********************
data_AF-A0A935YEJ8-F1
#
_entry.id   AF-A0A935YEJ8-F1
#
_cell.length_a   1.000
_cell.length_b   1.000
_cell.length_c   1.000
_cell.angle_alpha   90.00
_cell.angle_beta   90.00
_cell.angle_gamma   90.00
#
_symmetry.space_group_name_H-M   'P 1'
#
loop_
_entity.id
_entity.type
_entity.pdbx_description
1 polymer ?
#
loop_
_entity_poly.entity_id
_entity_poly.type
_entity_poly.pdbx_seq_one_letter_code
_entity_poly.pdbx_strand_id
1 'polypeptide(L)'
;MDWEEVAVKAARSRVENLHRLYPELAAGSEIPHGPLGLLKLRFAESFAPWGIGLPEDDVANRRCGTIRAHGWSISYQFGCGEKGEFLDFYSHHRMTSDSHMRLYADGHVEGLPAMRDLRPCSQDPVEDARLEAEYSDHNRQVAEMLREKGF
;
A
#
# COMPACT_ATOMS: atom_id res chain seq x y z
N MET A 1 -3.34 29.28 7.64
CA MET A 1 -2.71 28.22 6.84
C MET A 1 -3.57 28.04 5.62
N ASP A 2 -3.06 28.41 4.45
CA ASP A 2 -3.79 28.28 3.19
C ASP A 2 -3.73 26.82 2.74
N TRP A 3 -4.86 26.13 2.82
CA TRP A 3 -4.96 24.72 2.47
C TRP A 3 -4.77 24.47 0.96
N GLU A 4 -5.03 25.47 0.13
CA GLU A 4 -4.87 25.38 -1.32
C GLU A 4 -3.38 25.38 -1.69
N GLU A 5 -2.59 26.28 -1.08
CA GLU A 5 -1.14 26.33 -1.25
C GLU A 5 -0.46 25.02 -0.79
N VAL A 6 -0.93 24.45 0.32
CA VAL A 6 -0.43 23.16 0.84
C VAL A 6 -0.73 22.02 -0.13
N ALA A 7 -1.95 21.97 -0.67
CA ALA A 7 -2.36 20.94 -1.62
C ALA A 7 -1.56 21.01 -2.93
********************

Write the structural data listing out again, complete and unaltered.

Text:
data_AF-A0A935YEJ8-F1
#
_entry.id   AF-A0A935YEJ8-F1
#
_cell.length_a   1.000
_cell.length_b   1.000
_cell.length_c   1.000
_cell.angle_alpha   90.00
_cell.angle_beta   90.00
_cell.angle_gamma   90.00
#
_symmetry.space_group_name_H-M   'P 1'
#
loop_
_entity.id
_entity.type
_entity.pdbx_description
1 polymer ?
#
loop_
_entity_poly.entity_id
_entity_poly.type
_entity_poly.pdbx_seq_one_letter_code
_entity_poly.pdbx_strand_id
1 'polypeptide(L)'
;MDWEEVAVKAARSRVENLHRLYPELAAGSEIPHGPLGLLKLRFAESFAPWGIGLPEDDVANRRCGTIRAHGWSISYQFGCGEKGEFLDFYSHHRMTSDSHMRLYADGHVEGLPAMRDLRPCSQDPVEDARLEAEYSDHNRQVAEMLREKGF
;
A
#
# COMPACT_ATOMS: atom_id res chain seq x y z
N MET A 1 -3.34 29.28 7.64
CA MET A 1 -2.71 28.22 6.84
C MET A 1 -3.57 28.04 5.62
N ASP A 2 -3.06 28.41 4.45
CA ASP A 2 -3.79 28.28 3.19
C ASP A 2 -3.73 26.82 2.74
N TRP A 3 -4.86 26.13 2.82
CA TRP A 3 -4.96 24.72 2.47
C TRP A 3 -4.77 24.47 0.96
N GLU A 4 -5.03 25.47 0.13
CA GLU A 4 -4.87 25.38 -1.32
C GLU A 4 -3.38 25.38 -1.69
N GLU A 5 -2.59 26.28 -1.08
CA GLU A 5 -1.14 26.33 -1.25
C GLU A 5 -0.46 25.02 -0.79
N VAL A 6 -0.93 24.45 0.32
CA VAL A 6 -0.43 23.16 0.84
C VAL A 6 -0.73 22.02 -0.13
N ALA A 7 -1.95 21.97 -0.67
CA ALA A 7 -2.36 20.94 -1.62
C ALA A 7 -1.56 21.01 -2.93